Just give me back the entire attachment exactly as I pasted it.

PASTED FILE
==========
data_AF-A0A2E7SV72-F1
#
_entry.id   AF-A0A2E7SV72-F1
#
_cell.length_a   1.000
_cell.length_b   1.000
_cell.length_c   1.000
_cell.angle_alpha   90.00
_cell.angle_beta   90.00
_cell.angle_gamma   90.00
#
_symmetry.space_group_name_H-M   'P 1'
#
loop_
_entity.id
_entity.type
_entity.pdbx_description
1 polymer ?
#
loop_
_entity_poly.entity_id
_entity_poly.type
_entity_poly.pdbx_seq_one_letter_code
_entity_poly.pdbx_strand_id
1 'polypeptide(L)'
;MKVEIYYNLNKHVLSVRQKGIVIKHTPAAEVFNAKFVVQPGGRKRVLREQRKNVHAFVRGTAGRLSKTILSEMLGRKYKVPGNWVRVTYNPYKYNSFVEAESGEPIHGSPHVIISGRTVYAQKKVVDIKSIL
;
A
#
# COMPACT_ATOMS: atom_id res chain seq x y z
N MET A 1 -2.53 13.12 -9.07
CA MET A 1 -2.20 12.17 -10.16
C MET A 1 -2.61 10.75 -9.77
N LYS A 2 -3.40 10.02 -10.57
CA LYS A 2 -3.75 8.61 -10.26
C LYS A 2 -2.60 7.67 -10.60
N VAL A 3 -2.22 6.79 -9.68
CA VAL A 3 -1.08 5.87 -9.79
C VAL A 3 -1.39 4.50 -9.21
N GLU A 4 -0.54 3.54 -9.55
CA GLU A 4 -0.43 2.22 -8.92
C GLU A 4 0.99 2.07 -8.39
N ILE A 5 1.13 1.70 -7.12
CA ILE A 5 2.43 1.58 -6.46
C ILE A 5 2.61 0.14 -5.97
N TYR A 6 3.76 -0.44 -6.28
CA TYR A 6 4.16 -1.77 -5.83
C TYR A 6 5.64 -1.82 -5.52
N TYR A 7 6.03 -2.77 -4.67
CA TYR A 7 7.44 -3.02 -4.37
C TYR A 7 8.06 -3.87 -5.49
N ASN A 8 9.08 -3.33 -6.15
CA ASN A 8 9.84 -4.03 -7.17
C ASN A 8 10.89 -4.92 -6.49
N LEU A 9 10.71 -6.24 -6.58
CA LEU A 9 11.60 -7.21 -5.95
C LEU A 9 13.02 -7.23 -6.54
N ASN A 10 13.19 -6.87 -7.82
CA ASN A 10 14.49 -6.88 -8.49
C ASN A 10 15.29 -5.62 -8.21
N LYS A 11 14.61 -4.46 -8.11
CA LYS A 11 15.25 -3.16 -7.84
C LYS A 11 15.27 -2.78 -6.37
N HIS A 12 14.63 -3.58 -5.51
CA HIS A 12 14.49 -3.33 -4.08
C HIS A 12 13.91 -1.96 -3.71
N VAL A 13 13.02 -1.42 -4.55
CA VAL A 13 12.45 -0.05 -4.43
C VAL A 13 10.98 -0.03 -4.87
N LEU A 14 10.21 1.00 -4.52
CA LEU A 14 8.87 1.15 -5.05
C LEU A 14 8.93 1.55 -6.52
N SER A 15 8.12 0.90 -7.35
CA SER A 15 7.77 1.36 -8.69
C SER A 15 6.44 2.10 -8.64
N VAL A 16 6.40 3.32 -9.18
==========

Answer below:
data_AF-A0A2E7SV72-F1
#
_entry.id   AF-A0A2E7SV72-F1
#
_cell.length_a   1.000
_cell.length_b   1.000
_cell.length_c   1.000
_cell.angle_alpha   90.00
_cell.angle_beta   90.00
_cell.angle_gamma   90.00
#
_symmetry.space_group_name_H-M   'P 1'
#
loop_
_entity.id
_entity.type
_entity.pdbx_description
1 polymer ?
#
loop_
_entity_poly.entity_id
_entity_poly.type
_entity_poly.pdbx_seq_one_letter_code
_entity_poly.pdbx_strand_id
1 'polypeptide(L)'
;MKVEIYYNLNKHVLSVRQKGIVIKHTPAAEVFNAKFVVQPGGRKRVLREQRKNVHAFVRGTAGRLSKTILSEMLGRKYKVPGNWVRVTYNPYKYNSFVEAESGEPIHGSPHVIISGRTVYAQKKVVDIKSIL
;
A
#
# COMPACT_ATOMS: atom_id res chain seq x y z
N MET A 1 -2.53 13.12 -9.07
CA MET A 1 -2.20 12.17 -10.16
C MET A 1 -2.61 10.75 -9.77
N LYS A 2 -3.40 10.02 -10.57
CA LYS A 2 -3.75 8.61 -10.26
C LYS A 2 -2.60 7.67 -10.60
N VAL A 3 -2.22 6.79 -9.68
CA VAL A 3 -1.08 5.87 -9.79
C VAL A 3 -1.39 4.50 -9.21
N GLU A 4 -0.54 3.54 -9.55
CA GLU A 4 -0.43 2.22 -8.92
C GLU A 4 0.99 2.07 -8.39
N ILE A 5 1.13 1.70 -7.12
CA ILE A 5 2.43 1.58 -6.46
C ILE A 5 2.61 0.14 -5.97
N TYR A 6 3.76 -0.44 -6.28
CA TYR A 6 4.16 -1.77 -5.83
C TYR A 6 5.64 -1.82 -5.52
N TYR A 7 6.03 -2.77 -4.67
CA TYR A 7 7.44 -3.02 -4.37
C TYR A 7 8.06 -3.87 -5.49
N ASN A 8 9.08 -3.33 -6.15
CA ASN A 8 9.84 -4.03 -7.17
C ASN A 8 10.89 -4.92 -6.49
N LEU A 9 10.71 -6.24 -6.58
CA LEU A 9 11.60 -7.21 -5.95
C LEU A 9 13.02 -7.23 -6.54
N ASN A 10 13.19 -6.87 -7.82
CA ASN A 10 14.49 -6.88 -8.49
C ASN A 10 15.29 -5.62 -8.21
N LYS A 11 14.61 -4.46 -8.11
CA LYS A 11 15.25 -3.16 -7.84
C LYS A 11 15.27 -2.78 -6.37
N HIS A 12 14.63 -3.58 -5.51
CA HIS A 12 14.49 -3.33 -4.08
C HIS A 12 13.91 -1.96 -3.71
N VAL A 13 13.02 -1.42 -4.55
CA VAL A 13 12.45 -0.05 -4.43
C VAL A 13 10.98 -0.03 -4.87
N LEU A 14 10.21 1.00 -4.52
CA LEU A 14 8.87 1.15 -5.05
C LEU A 14 8.93 1.55 -6.52
N SER A 15 8.12 0.90 -7.35
CA SER A 15 7.77 1.36 -8.69
C SER A 15 6.44 2.10 -8.64
N VAL A 16 6.40 3.32 -9.18